Looking for ways to keep icebreaking vessels busy over the summer months, B&N Viking Icebreaking & Offshore opted for anchor-handling and towing abilities for the three vessels in its fleet.
Folke Patriksson, president of B&N Viking, said the company, owned jointly by Sweden's B&N Nordsjöfrakt and Norwegian partner Viking Supply Ships, developed the idea for the dual-capacity vessels with the Swedish Mari-time Administration in 1997. Built at Kværner Leirvik, the Vidar Viking was delivered in 2001, while the Balder Viking and Tor Viking were delivered in 2000. B&N Viking has a 15 + 15-year contract with the SMA for icebreaking along the Swedish coastline.
The Tor Viking.
There are 210 anchor handling/tug supply (AHTS) ships in the global fleet, but only 5% that are combined icebreaker/offshore vessels. In this group of about 10 AHTS vessels, B&N's ships are the only ones built more with a focus on offshore assignments, with the hulls also equipped for icebreaking. The others serve mainly as icebreakers, with the possibility of handling offshore work.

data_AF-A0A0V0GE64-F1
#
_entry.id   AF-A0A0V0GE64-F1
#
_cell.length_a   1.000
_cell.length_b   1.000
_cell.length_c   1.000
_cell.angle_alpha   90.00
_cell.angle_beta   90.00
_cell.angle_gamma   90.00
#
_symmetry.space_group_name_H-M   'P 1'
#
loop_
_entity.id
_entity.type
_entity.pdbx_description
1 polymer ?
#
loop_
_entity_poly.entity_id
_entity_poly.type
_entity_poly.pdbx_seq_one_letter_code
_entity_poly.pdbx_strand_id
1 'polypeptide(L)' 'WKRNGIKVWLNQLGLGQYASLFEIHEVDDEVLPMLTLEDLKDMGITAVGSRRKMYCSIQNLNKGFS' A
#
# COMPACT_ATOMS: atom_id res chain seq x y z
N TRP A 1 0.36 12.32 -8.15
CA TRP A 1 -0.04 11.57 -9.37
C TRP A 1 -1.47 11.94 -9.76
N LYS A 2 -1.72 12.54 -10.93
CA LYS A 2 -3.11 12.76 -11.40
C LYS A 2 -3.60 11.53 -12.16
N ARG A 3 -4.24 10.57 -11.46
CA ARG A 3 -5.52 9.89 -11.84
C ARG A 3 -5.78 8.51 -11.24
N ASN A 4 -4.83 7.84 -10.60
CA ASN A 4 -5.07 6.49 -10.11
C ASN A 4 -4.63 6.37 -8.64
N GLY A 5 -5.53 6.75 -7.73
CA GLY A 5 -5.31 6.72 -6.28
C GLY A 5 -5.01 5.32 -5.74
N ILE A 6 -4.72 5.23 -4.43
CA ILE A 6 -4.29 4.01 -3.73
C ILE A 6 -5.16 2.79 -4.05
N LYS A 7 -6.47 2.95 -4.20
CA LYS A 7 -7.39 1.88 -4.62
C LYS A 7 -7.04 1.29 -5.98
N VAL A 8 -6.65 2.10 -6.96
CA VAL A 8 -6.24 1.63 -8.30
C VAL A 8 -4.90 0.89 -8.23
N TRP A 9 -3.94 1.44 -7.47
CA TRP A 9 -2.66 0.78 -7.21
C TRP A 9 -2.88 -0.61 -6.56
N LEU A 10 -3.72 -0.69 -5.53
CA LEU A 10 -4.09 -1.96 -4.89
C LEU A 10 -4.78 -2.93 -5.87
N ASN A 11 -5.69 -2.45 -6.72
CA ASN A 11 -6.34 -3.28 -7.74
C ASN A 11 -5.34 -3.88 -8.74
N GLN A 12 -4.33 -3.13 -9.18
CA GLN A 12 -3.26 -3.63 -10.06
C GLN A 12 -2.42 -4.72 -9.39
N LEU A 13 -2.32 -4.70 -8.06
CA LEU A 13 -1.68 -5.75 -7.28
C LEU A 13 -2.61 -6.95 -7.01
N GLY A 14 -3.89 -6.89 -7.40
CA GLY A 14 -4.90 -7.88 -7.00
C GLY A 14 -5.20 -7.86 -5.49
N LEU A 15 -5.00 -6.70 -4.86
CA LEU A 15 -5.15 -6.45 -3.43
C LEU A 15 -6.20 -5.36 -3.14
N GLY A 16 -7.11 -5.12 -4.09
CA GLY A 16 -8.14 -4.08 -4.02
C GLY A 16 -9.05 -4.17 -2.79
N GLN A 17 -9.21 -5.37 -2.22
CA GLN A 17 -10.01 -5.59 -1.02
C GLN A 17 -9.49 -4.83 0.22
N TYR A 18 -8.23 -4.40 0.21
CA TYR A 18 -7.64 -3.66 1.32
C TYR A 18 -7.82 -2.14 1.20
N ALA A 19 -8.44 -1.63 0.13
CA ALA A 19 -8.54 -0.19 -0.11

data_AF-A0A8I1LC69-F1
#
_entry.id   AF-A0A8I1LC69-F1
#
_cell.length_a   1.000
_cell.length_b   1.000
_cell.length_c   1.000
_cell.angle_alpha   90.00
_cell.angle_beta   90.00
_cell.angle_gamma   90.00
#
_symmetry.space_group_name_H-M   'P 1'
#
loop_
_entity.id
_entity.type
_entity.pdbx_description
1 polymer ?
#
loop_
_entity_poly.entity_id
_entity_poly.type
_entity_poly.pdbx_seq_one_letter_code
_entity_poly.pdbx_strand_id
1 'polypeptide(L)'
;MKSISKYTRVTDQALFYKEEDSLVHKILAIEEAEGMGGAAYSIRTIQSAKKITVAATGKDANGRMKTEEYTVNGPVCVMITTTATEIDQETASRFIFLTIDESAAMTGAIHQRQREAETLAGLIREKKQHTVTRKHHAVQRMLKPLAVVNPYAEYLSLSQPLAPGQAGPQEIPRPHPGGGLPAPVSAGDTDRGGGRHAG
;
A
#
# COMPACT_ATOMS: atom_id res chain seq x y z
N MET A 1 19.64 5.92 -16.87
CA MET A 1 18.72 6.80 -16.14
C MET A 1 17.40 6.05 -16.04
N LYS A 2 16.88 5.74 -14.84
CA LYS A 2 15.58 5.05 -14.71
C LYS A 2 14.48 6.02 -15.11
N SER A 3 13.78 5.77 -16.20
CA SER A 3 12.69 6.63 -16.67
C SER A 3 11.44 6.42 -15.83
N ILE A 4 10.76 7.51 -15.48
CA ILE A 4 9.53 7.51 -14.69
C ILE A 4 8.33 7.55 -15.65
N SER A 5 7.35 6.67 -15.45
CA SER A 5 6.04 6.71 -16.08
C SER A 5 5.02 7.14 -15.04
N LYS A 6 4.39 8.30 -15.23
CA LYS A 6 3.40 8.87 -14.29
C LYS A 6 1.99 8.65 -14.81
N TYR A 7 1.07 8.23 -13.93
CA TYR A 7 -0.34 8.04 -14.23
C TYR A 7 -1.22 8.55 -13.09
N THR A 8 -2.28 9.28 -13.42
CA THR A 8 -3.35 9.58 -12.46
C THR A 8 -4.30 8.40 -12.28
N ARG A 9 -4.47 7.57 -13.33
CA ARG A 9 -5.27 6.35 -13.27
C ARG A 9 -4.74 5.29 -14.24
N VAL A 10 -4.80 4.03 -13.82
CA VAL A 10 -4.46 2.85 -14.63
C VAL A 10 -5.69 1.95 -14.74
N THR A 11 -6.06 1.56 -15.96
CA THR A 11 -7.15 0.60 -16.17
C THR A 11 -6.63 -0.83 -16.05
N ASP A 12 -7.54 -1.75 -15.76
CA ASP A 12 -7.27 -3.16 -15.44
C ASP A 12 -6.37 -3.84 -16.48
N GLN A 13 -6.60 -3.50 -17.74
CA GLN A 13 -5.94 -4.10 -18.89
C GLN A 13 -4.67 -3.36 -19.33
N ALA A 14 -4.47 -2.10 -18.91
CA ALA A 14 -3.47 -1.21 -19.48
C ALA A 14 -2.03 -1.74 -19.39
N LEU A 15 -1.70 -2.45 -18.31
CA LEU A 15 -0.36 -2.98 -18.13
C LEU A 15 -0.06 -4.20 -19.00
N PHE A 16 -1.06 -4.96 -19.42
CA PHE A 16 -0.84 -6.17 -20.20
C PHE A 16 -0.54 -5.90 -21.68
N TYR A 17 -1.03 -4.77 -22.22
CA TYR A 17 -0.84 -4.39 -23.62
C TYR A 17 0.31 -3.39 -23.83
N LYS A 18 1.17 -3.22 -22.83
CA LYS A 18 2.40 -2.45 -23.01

The three vessels are each 2,800 deadweight tonnes. They are heavier than normal anchor handlers because of their icebreaking capabilities, Patriksson said. Addi-tionally, they offer far superior power to levels typically associated with anchor handling vessels.
When the Swedish-flagged vessels were built, few anchor handlers offered 15,000 hp. Because the joint venture wanted to give its vessels a competitive edge, it ramped up the horsepower for the trio of vessels to 18,500 hp, he said. With that extra horsepower, the vessels can also perform tow jobs with their bollard pull of 200 metric tons.
The icebreakers can travel at 13 knots in 70 cm of ice. They are also agile, with the ability to make a 360° turn in two ship lengths at a speed not falling below 10 knots.
For more information, contact Folke Patriksson, B&N Viking. Tel: +46 304 67 47 21; fax: +46 304 67 47 20; firstname.lastname@example.org; www.bn.se.